The idea has legs.
The global architecture firm NBBJ — responsible for Amazon’s new offices and one of Beijing’s Olympic arenas — recently released its plans to turn London’s Circle Line into moving footpaths.
Rather than riding on trains hurtling through tunnels, riders would breeze through on their own two legs, at a pace they decide.
Trains would be irrelevant, delays nonexistent.
The vision began as a task issued to NBBJ from New London Architecture, an independent forum for improving design in the capital city. NBBJ had to answer a key question: How could London be made better?
According to Christian Coop, an NBBJ architect and lead designer on the project, the answer is giant moving footpaths.
Though NBBJ only approached the problem from an ideas point of view — rather than as an actual solution to congested railway travel — Coop defends the plan as being far more realistic than it sounds. After all, the Colombian city of Medellin has won many awards for the escalators that ferry commuters over its ample hills.
“Everything we’re saying actually exists,” Coop says.
The tube already has the space for the equipment; moving footpaths are a known technology; and the technology to increase the speed of walkways at a safe and gradual pace already exists.
“The refinements toward, for example, making sure you have complete inclusivity,” Coop says, such as making the walkways handicapped- and elderly-friendly, “is something that will be developed as part of a really detailed feasibility study.”
The way NBBJ imagines the new walkways, the track is divided into three lanes. A “slow” lane travels at 5.5 miles per hour, a “medium” lane at 7.45 mph, and a “fast” lane at 9.3 mph. As the walkways enter tunnels, they pick up even more — a series of considerations all designed to get people to their destinations faster than train travel.
When people enter the Underground, instead of boarding a train they will immediately hop onto one of the three tracks. According to Coop, much of the cost that would get sunk into totally gutting the existing tube system would get made up in revenue from cafes and food carts located on the side of the tracks.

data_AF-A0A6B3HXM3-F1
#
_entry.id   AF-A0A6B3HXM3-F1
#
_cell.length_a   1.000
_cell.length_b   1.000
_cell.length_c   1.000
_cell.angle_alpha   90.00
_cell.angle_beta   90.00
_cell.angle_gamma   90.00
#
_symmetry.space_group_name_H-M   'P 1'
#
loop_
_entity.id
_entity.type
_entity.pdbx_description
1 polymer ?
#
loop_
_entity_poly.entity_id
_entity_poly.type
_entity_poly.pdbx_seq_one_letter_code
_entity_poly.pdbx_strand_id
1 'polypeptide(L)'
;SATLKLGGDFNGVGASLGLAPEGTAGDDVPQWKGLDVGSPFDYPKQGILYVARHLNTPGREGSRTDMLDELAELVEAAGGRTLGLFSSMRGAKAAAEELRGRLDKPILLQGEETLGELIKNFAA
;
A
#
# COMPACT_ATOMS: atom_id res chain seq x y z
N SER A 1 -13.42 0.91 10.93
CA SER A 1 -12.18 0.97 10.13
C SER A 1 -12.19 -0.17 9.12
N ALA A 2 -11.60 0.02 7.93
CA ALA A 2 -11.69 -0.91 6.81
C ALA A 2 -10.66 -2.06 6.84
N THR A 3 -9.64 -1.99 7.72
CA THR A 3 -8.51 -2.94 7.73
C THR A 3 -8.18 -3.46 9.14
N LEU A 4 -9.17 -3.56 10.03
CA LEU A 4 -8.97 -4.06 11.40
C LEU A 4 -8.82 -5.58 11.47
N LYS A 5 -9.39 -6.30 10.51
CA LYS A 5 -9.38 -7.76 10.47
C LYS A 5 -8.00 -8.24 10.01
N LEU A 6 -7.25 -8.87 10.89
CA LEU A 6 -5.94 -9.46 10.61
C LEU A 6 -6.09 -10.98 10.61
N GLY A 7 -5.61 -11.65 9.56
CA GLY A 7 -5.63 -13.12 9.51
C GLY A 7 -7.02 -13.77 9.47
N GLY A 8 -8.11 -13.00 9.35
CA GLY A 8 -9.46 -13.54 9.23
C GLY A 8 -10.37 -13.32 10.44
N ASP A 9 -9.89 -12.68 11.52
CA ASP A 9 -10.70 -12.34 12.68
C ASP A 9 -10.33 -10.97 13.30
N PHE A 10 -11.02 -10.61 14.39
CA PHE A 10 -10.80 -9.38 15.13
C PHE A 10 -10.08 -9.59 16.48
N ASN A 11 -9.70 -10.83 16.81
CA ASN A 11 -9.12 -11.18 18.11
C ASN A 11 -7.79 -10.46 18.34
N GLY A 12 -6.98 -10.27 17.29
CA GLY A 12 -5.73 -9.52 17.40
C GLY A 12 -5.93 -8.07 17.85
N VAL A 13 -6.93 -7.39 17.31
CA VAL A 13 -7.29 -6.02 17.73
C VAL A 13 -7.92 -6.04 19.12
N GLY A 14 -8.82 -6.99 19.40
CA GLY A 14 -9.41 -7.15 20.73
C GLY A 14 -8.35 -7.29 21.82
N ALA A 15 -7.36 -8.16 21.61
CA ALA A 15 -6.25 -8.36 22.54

In terms of logistics, a moving footpath — known in England as a “travelator” — also avoids the hassle of congested trains, Coop says.
“We learned the key to a better transportation system wasn’t actually faster trains,” he explains. “It was increasing the flow and getting rid of barriers to movement.”
In the event one of the lane breaks down, Coop says, there will be two others to pick up the slack. The chance of catastrophic failure — all three malfunctioning — is low, he adds.
Replacing trains with footpaths would also get more people active.
Obesity rates are rising in the UK. While trains get people on their feet more so than cars, they still offer ample time to sit down. People who sit for extended periods of time have been found to suffer greater rates of high blood pressure, high cholesterol, poor leg circulation, muscle tightness, and muscle degeneration.
“It also encourages interaction with people,” Coop says. “So it’s pleasant and it’s healthy.”
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